He claims to be able to raise that amount of money from out-of-town interests. History plus observations about how the world works show that proposition to be silly. Why would out-of-town interests want to provide millions of dollars to re-design a couple small golf courses in Buffalo? In the meantime local cultural organizations are already in the hunt for millions of dollars in capital funds for their particular projects.
The lack of reality about funding options for noteworthy projects that have been discussed in Western New York shows that Gaughan’s park plan is similar to other grandiose ideas. That doesn’t mean that any of them make sense. They include:
- The expansion of NFTA’s Metrorail line into Amherst up to the University of Buffalo’s North Campus, which is estimated to cost $1.2 billion for construction and countless millions more for the expanded operating costs of the line. The state has committed $5 million to studying this idea. The line would extend the system an additional six-plus miles, with half of the stops on the UB campus. Great for UB! The construction money would proposedly come from the federal government (which has no plans for any substantial infrastructure work); the state government (that has already provided the Buffalo Billion); and the county and town governments (that are not about to get out their checkbooks for this).
- The capping and landscaping of a small portion of the Kensington Expressway in an attempt to restore some of the lost ambiance of the neighborhood that was destroyed when the Expressway was built. The state has already spent money on preliminary environmental/design/engineering work on this idea, which is seen as costing $170 million. Repeat here the comments in the first bullet point about where the money would come from.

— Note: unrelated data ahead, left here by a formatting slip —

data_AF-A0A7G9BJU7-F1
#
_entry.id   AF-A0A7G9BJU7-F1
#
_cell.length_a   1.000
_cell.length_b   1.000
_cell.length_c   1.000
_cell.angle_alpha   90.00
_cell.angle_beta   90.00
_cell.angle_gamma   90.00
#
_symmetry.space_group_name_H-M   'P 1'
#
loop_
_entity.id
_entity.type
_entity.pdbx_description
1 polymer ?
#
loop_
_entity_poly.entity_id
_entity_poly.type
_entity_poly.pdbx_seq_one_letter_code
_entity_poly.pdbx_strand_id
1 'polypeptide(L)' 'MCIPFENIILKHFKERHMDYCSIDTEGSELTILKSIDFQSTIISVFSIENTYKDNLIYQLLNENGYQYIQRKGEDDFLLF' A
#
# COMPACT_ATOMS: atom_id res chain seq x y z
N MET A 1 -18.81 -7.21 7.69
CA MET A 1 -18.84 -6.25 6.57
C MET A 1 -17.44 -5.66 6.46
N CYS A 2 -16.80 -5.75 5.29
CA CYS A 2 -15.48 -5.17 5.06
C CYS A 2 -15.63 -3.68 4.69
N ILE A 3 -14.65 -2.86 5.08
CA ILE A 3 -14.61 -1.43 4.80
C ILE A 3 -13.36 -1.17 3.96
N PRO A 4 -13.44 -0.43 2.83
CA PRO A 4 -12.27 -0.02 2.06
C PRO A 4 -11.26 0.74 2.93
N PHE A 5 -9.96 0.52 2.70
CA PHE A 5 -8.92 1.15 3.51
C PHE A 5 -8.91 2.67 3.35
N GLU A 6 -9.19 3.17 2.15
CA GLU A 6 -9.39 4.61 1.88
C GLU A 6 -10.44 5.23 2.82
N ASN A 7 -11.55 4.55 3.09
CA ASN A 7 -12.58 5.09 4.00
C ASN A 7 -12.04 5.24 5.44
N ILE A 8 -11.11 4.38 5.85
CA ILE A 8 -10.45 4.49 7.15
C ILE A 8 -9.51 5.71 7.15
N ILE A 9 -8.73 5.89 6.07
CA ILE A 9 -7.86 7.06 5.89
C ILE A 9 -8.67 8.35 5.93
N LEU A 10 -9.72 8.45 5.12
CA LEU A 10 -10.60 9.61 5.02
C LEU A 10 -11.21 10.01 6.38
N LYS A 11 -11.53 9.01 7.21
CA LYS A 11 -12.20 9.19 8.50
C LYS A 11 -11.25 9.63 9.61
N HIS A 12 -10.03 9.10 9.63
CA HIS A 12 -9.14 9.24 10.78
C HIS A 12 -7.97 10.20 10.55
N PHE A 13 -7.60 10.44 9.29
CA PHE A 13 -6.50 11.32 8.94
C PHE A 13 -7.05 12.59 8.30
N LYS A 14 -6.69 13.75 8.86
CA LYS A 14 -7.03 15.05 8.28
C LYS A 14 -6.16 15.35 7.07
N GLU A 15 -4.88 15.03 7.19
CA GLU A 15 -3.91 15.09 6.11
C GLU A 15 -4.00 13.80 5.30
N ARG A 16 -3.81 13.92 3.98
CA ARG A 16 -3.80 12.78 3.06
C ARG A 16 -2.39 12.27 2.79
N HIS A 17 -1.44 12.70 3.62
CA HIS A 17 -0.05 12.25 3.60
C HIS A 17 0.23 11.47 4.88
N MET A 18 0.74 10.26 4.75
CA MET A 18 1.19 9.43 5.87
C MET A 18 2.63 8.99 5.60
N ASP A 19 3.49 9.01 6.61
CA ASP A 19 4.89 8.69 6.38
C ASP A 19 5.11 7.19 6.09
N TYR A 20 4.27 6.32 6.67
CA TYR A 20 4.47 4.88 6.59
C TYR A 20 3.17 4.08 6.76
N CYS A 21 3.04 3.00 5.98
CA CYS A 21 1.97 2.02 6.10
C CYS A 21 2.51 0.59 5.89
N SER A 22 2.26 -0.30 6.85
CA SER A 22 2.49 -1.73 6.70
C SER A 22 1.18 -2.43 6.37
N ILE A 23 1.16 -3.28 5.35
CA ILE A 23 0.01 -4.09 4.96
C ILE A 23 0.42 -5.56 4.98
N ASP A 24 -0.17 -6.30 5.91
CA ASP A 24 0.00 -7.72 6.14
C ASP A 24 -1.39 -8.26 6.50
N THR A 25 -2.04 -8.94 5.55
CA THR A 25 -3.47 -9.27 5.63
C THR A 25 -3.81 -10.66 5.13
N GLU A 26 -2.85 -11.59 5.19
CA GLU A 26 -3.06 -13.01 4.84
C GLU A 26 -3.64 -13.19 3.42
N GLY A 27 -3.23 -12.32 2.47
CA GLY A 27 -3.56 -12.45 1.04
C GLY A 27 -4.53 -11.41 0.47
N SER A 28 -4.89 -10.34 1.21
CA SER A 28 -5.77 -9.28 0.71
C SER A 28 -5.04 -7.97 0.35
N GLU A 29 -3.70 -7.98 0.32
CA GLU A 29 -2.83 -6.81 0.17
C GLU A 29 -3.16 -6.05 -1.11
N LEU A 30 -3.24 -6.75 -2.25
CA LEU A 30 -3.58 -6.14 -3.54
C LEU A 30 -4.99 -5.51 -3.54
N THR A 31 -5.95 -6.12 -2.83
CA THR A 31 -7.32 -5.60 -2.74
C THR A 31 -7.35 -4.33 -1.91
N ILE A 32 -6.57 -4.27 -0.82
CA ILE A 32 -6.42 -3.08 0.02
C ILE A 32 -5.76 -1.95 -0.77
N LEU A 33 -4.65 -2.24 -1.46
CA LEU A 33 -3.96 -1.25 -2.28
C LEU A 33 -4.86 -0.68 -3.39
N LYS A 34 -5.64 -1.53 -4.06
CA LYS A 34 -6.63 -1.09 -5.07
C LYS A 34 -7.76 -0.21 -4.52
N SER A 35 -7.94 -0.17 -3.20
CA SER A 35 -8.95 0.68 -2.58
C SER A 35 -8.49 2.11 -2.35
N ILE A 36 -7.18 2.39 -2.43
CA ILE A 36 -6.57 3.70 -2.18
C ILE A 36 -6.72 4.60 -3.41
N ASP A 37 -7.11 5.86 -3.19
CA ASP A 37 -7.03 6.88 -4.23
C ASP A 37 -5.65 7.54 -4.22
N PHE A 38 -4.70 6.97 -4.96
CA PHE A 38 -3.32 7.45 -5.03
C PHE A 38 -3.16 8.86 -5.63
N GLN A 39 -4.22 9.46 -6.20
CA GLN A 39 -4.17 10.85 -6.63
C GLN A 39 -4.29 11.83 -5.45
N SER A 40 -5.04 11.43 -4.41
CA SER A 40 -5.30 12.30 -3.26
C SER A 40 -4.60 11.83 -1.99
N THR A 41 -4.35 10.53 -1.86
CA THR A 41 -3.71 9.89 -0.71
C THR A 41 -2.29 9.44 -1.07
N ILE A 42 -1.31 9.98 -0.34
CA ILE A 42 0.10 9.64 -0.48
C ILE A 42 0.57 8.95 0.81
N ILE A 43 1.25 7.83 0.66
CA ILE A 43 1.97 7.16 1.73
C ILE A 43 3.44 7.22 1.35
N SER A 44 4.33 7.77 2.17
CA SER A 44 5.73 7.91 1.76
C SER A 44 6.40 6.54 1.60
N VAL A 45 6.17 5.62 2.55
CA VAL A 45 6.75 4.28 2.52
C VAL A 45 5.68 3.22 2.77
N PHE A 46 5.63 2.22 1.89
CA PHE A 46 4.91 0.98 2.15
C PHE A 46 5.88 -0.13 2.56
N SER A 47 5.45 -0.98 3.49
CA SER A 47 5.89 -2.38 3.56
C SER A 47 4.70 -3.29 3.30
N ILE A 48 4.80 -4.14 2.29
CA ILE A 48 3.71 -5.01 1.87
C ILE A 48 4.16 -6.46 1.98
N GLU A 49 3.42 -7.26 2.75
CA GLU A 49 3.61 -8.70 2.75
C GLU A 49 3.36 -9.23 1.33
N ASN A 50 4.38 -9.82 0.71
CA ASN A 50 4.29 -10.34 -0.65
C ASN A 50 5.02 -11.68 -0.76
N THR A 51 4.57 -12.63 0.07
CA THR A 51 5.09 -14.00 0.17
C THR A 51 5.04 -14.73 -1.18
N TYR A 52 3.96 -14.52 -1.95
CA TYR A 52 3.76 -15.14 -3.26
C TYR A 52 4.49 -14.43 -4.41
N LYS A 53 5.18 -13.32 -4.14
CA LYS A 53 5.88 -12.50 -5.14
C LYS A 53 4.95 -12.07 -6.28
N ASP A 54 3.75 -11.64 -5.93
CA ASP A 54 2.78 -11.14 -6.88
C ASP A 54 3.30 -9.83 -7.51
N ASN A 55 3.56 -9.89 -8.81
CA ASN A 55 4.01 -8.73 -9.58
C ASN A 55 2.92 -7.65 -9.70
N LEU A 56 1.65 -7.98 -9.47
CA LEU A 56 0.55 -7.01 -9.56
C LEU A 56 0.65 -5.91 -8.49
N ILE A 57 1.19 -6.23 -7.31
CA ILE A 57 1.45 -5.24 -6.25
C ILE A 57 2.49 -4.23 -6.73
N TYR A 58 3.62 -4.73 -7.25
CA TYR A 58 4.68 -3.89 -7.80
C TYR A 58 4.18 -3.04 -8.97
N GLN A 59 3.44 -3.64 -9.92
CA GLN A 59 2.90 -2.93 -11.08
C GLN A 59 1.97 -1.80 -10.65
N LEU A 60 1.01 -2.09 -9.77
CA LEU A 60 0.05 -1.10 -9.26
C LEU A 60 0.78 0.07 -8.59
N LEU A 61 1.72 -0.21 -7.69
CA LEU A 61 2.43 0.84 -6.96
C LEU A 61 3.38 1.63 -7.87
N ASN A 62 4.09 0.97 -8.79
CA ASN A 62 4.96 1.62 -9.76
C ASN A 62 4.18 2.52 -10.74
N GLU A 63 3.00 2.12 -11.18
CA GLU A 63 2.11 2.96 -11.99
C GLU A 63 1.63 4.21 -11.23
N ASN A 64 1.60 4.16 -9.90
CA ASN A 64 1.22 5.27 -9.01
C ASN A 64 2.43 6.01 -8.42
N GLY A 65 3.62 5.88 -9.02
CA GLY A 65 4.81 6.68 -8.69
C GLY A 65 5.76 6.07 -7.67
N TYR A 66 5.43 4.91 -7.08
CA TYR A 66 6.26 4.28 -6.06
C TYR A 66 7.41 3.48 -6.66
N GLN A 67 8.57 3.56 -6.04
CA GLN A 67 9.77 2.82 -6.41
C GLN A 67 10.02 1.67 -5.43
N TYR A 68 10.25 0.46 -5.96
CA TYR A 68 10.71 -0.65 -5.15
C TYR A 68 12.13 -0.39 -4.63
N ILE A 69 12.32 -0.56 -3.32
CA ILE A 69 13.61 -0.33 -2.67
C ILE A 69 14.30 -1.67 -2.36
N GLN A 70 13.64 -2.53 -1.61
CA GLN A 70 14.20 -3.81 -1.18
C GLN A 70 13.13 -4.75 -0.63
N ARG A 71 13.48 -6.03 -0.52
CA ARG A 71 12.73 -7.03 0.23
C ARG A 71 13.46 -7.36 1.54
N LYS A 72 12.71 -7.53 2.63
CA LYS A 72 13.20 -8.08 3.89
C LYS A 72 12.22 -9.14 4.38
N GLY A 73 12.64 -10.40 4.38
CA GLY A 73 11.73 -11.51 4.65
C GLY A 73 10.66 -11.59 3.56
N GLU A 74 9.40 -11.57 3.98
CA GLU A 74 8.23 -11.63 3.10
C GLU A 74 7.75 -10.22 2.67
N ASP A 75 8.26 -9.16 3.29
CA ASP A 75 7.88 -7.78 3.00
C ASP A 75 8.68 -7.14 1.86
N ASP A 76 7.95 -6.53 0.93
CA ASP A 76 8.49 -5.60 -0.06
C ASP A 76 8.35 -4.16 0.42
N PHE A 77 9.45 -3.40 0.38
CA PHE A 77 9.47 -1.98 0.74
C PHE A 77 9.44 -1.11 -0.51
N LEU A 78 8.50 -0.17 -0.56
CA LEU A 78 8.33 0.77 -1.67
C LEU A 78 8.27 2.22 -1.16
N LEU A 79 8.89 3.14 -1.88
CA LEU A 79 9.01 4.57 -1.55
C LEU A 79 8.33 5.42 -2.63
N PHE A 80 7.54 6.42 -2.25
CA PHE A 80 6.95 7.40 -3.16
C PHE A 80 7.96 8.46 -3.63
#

I guess it is my life experiences that include county budget director and member of the Erie County Fiscal Stability Authority that lead me to a scrooge-like view of the proposed public works projects noted here. All of them, in and of themselves, are exciting and could improve the area in various ways. But where does the money come from? Does it make sense to spend time and money studying things that rational and realistic planners would conclude are never going to happen?
If someone drives around the City of Buffalo and the first-ring suburbs it is easy to identify many very ordinary but very important needs for public money. Think Main Street in Buffalo and Maple Road in Amherst, both of which are badly in need of repair. Think taking down the Skyway and improving access to the outer harbor with a ground-level bridge. Add community facilities of all sorts. These are projects that already sit on drawing boards somewhere, with nowhere near the amount of money that would be needed to complete these very mundane public works. If any of the above noted big projects were to move along the ordinary day-to-day infrastructure necessities would fall further down the list of funding priorities.
This community has made some great strides in re-orienting the job mix in the area and in developing great facilities such as Canalside, but only by being realistic will that progress continue. Think big, but think clearly.